USPS wants employees to share memories of Santa

USPS Operation Santa – 2017

If you have stories about this guy, USPS wants to know.

If you’re a Postal Service employee who has special memories involving Santa Claus, the organization wants to hear from you.

Each year, USPS offers Operation Santa, a program that allows employees to aid families in need by “adopting” their letters to St. Nick and granting their holiday wishes.

To help promote this year’s program, the Postal Service wants testimonials from employees who’ve participated in the past, as well as those who’ve had unique experiences involving Santa.

Here’s what USPS is seeking:

• Testimonials. Have you ever adopted a letter through Operation Santa and made a child’s wish come true? If so, what made you adopt the letter? How did the experience make you feel?

• Memories. When you were a child, did your family participate in Operation Santa or a similar program? Did you write a letter to Santa that was adopted by someone else? If so, what did you request, and how did you feel when your wish came true?

• Stories. Have you had any memorable interactions with Santa, either as a child or as an adult?

• Pictures. Do you have poignant or historical photos of you and Santa?

Email your thoughts to

Your contributions — whether they’re sweet, funny or sentimental — could be used to promote Operation Santa in Link stories and other communication channels this holiday season.

Source: USPS

2 thoughts on “USPS wants employees to share memories of Santa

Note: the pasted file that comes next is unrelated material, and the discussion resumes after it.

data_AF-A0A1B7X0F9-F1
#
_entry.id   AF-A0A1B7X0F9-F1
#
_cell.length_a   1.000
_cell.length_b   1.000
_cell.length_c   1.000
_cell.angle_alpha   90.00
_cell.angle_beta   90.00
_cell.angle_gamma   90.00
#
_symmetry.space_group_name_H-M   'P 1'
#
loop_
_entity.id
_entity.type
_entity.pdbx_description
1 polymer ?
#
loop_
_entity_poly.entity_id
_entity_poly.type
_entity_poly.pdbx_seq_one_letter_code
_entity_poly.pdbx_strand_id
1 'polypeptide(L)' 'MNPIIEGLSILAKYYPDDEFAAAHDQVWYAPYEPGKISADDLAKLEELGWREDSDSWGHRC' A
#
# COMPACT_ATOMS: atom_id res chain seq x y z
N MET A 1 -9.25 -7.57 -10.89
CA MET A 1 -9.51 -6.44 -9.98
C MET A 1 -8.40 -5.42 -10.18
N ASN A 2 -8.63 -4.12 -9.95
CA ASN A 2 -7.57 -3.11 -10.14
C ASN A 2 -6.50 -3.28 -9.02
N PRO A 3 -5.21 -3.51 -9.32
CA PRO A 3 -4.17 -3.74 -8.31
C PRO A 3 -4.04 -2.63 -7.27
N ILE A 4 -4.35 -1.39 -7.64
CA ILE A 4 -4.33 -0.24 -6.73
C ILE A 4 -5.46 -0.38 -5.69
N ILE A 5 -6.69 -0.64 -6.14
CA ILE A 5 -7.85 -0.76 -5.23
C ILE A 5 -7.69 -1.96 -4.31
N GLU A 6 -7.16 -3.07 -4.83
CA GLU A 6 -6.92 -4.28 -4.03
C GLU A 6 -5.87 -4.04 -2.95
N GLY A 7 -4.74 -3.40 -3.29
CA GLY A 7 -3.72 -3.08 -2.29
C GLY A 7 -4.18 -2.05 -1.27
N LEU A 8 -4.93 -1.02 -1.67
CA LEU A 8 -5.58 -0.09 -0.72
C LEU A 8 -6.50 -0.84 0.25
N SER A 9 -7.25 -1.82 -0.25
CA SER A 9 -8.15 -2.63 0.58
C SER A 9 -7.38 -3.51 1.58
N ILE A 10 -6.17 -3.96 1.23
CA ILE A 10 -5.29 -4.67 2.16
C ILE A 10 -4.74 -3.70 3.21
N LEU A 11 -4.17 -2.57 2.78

1. Union and NAME of Local/Branch
    APWU - Philadelphia, PA Area Local
    Office held, if any
    Retiree Activist and Advocate
    Email Address

    Ernest Johnson,

    I found this blog article from Psychology Today to be very interesting:

    “But fantasy in general is a normal and healthy part of child development. Children spend a large amount of time pretending, especially between the ages of five and eight. They are also constantly exposed to media in which animals can talk, people can fly, and objects magically appear out of thin air. Why should a group of flying reindeer be any more fantastical than a talking mouse or a singing snowman? Although magical thinking decreases between the ages of seven and nine (around the same age at which most children give up the Santa Claus myth), it doesn’t disappear forever: Sometimes we adults need a little magic in our lives, too, as we bear out our superstitions, relish in the excitement of “haunted” houses, and recite prayers to loved ones who have passed.”

    More: Why It’s OK for Kids to Believe in Santa Claus

  2. Union and NAME of Local/Branch
    APWU - Oakland Local Retiree Chapter
    Office held, if any
    Email Address

    Soon as we stop telling lies to our Youths and Younger about this Santa tale and realize the Children will learn about this Universal lie. This isn’t fun, raising youths to tell the truth but Grownups constantly lie about this, does irreparable harm for years. The Union then blames the USPS of not bargaining in good faith, WELL?

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